Ré.Part – Partisan Resistance(s): Visual culture, collective imagination and revolutionary memory
This project aims to open up an innovative field of research on resistance movements since the Second World War, the intersection of cultural history and visual culture. It is divided into two areas of analysis: 1) A transnational study of the visual productions of partisan movements (visual arts, graphic production, poster, photography, film and video) and their contribution to the configuration of new practices, the construction of visual identities and the collective awareness that formed between the SGM and the fall of the Berlin Wall. 2) A study of the implications these visual imagination still have on current visual culture, on contemporary artistic practices, as well as on the configuration of the political imagination.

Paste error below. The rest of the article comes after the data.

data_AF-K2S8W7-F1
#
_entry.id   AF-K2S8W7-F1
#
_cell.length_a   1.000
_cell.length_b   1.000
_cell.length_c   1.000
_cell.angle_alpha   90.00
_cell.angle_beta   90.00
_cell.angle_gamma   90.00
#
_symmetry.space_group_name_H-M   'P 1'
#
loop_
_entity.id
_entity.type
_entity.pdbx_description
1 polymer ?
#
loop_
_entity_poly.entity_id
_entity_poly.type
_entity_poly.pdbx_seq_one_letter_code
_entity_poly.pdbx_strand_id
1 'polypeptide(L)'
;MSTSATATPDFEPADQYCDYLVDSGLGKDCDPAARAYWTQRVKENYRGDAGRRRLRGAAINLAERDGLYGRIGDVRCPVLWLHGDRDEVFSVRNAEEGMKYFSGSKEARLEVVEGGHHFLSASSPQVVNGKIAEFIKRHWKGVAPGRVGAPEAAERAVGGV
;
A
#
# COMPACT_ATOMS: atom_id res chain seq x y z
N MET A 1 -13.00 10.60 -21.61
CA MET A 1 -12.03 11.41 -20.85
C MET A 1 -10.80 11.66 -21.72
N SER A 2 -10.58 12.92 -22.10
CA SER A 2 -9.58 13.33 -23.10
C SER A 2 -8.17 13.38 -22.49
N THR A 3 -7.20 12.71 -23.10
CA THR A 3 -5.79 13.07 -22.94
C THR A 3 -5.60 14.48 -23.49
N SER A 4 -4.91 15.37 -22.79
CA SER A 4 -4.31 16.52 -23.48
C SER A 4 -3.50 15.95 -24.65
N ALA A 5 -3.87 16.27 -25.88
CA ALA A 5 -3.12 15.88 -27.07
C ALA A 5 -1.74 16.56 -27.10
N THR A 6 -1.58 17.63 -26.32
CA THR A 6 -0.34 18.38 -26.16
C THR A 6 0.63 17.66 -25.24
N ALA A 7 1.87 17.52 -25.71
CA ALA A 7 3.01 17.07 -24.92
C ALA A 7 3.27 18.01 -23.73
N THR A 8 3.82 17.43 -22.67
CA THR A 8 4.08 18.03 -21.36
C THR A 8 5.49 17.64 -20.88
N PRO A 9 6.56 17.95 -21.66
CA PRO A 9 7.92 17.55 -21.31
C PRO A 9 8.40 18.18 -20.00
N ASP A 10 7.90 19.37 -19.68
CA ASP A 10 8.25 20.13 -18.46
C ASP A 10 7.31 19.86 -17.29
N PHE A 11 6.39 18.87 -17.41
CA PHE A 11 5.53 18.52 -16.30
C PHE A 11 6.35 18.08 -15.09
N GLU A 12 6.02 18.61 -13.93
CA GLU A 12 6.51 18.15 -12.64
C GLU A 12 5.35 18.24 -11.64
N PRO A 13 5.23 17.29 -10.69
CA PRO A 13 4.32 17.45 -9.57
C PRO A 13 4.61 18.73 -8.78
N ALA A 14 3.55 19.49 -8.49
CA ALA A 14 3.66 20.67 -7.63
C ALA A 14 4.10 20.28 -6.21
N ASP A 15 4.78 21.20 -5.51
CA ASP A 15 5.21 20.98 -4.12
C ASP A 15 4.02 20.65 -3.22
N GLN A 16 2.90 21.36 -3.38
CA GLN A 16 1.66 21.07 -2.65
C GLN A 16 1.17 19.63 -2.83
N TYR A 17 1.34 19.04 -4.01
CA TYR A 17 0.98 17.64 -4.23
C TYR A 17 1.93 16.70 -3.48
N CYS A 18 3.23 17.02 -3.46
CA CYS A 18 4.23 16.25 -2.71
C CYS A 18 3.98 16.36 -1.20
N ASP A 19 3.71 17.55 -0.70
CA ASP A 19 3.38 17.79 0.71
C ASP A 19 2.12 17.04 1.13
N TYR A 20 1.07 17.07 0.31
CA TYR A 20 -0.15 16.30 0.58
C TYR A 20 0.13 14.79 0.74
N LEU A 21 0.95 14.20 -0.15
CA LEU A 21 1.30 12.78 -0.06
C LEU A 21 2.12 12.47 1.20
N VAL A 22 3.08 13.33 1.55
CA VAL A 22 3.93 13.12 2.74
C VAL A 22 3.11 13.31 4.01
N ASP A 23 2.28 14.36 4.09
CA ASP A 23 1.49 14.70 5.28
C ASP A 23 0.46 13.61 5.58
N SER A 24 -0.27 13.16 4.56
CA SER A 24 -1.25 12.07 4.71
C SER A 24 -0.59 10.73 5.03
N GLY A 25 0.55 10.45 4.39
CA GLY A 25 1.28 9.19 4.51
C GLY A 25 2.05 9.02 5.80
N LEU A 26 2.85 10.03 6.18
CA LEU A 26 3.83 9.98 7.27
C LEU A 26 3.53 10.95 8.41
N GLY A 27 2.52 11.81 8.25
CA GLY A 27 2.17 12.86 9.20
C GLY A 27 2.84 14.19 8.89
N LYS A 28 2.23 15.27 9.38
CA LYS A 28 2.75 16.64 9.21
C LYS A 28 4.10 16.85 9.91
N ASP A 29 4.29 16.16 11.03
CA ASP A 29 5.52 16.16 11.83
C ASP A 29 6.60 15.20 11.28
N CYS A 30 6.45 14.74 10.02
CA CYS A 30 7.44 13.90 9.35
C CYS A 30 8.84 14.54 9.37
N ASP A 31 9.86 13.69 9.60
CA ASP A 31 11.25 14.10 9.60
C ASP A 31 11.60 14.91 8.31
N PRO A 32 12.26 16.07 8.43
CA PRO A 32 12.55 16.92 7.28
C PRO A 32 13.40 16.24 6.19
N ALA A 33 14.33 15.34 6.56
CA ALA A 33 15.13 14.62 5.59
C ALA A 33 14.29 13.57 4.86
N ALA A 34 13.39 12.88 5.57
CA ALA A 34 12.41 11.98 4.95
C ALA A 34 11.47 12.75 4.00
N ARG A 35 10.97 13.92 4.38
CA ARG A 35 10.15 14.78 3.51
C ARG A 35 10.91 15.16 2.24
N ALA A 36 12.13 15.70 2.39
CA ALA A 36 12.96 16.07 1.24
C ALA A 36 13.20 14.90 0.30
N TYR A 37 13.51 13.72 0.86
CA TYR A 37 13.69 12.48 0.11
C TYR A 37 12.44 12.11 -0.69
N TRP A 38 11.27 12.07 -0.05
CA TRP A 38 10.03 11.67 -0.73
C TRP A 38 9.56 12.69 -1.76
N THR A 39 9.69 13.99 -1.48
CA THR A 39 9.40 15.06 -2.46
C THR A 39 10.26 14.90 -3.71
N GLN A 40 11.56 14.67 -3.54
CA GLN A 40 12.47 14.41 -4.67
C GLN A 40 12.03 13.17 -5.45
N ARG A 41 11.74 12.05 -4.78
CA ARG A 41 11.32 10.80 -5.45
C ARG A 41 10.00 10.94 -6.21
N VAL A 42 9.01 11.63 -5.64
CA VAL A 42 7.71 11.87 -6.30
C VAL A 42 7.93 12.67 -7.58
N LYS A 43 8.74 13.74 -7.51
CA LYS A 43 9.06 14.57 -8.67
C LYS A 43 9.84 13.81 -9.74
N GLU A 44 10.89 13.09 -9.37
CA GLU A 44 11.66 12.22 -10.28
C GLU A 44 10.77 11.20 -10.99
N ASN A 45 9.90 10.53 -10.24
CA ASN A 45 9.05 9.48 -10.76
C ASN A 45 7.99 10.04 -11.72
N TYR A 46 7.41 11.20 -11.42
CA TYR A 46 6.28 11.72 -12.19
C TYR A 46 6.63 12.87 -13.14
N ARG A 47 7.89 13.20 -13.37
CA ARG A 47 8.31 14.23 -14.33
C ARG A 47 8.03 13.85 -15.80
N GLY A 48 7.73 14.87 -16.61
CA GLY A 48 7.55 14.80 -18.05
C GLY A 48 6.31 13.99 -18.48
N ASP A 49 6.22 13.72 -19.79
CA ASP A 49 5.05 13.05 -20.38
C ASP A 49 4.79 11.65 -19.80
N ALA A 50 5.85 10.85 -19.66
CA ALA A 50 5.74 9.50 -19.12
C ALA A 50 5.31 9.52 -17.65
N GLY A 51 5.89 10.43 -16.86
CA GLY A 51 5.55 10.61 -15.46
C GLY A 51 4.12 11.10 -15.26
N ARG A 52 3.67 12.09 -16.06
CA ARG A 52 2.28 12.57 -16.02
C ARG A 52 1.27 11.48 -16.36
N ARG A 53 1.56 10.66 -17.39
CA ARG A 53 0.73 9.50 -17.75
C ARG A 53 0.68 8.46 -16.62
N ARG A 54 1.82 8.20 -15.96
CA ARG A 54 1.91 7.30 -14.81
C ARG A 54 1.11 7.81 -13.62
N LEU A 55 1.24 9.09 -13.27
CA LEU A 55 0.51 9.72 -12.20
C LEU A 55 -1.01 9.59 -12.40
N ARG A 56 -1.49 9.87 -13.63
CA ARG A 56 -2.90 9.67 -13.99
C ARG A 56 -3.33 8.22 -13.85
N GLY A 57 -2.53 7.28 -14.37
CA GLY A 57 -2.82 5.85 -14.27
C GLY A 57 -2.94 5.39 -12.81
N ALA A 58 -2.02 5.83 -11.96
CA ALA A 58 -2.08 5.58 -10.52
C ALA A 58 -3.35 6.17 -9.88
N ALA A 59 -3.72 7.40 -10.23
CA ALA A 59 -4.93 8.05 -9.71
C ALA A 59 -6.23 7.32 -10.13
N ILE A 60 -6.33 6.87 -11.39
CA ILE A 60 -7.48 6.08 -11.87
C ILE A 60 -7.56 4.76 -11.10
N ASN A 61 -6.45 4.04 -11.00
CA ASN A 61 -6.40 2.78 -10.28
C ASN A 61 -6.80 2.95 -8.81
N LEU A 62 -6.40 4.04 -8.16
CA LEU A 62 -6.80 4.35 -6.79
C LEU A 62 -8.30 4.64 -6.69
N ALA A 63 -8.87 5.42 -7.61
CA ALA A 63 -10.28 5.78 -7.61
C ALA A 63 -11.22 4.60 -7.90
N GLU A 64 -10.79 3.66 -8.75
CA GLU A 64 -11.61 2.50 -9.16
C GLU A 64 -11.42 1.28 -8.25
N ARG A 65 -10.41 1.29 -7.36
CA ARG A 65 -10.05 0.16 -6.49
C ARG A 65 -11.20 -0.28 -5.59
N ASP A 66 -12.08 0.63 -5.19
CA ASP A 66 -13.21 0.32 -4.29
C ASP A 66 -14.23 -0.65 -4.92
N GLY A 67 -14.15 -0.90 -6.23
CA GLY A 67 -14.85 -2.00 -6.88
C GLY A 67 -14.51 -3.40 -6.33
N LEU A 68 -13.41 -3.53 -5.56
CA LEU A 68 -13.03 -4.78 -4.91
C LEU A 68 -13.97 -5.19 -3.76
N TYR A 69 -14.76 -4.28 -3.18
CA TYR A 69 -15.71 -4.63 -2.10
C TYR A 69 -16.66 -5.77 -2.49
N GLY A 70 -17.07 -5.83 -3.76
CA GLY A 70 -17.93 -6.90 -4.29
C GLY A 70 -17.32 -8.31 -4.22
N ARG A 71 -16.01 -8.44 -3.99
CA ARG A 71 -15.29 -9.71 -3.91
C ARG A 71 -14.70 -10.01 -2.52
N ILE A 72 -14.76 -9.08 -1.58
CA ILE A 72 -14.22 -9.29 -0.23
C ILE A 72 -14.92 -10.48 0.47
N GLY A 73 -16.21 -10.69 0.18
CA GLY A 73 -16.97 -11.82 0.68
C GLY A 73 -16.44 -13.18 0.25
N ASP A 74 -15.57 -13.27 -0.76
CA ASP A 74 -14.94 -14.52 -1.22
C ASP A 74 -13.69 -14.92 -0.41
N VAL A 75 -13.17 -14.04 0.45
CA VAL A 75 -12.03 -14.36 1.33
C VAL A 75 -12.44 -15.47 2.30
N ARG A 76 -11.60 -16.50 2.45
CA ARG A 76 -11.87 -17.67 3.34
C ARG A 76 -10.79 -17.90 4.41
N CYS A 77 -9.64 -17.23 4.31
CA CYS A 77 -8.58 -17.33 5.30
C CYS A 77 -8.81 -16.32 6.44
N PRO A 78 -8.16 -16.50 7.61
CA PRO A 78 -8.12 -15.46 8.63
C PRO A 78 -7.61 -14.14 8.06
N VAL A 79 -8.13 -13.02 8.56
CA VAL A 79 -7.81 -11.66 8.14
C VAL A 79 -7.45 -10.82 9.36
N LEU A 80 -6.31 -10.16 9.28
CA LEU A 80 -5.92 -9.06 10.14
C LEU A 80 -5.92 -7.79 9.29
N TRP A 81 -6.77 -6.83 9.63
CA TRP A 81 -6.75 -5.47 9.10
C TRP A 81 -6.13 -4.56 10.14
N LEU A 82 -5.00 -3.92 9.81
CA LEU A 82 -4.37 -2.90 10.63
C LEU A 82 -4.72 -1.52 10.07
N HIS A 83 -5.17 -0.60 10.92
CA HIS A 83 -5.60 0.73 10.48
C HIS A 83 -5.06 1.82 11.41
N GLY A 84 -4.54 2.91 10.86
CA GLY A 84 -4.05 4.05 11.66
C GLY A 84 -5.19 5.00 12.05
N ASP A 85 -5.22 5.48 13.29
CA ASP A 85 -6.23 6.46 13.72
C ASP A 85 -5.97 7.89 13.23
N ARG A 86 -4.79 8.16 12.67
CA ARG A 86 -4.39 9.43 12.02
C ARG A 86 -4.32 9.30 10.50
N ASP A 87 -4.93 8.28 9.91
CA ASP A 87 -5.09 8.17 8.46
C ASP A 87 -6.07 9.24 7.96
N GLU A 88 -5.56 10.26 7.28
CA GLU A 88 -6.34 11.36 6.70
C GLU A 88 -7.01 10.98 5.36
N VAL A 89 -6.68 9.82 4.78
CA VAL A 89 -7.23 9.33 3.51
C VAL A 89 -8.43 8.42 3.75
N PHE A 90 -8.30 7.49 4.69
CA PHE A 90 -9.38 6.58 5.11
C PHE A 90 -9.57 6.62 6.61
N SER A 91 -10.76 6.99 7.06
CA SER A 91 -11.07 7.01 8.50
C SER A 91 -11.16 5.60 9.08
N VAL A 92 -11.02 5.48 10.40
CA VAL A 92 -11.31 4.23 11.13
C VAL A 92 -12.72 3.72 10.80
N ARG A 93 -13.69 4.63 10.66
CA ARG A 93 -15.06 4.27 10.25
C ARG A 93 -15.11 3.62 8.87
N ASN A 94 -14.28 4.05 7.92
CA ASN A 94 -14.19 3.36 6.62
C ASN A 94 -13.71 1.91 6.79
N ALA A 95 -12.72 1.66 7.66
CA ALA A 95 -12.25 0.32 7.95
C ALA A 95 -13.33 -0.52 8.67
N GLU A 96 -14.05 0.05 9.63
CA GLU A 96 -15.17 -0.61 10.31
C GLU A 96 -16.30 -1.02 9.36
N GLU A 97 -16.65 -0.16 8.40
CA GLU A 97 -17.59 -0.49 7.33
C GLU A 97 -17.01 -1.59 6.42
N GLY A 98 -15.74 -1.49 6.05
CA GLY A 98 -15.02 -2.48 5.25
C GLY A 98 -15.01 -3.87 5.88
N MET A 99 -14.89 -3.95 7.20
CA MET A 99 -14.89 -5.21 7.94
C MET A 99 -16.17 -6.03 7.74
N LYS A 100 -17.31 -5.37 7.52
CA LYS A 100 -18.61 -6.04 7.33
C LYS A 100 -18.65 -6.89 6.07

From a methodological point of view, it first proposes a shift from the traditional object of the history of resistance (based mainly on the literary domain and the document) to visual culture, as well as an expansion of chronologies including antifascist, anti-imperialist and anti-capitalist movements within a genealogy that includes continuities and ruptures. In this perspective, we will seek to discuss the role that images and audiovisual productions have had in shaping these struggles and demands for civil rights as well as in networks of resistance and solidarity, considering the image as an instrument for building visual knowledge and a transnational vector for creating dissident collective behaviour and consciousness. It is therefore not a question of making an illustrated history, but rather a history of visual productions that highlights their semantic specificities, their uses and materialities, their ability to elaborate transnational codes, their recurrence, their modelling function as well as their “fragility” and ambiguities.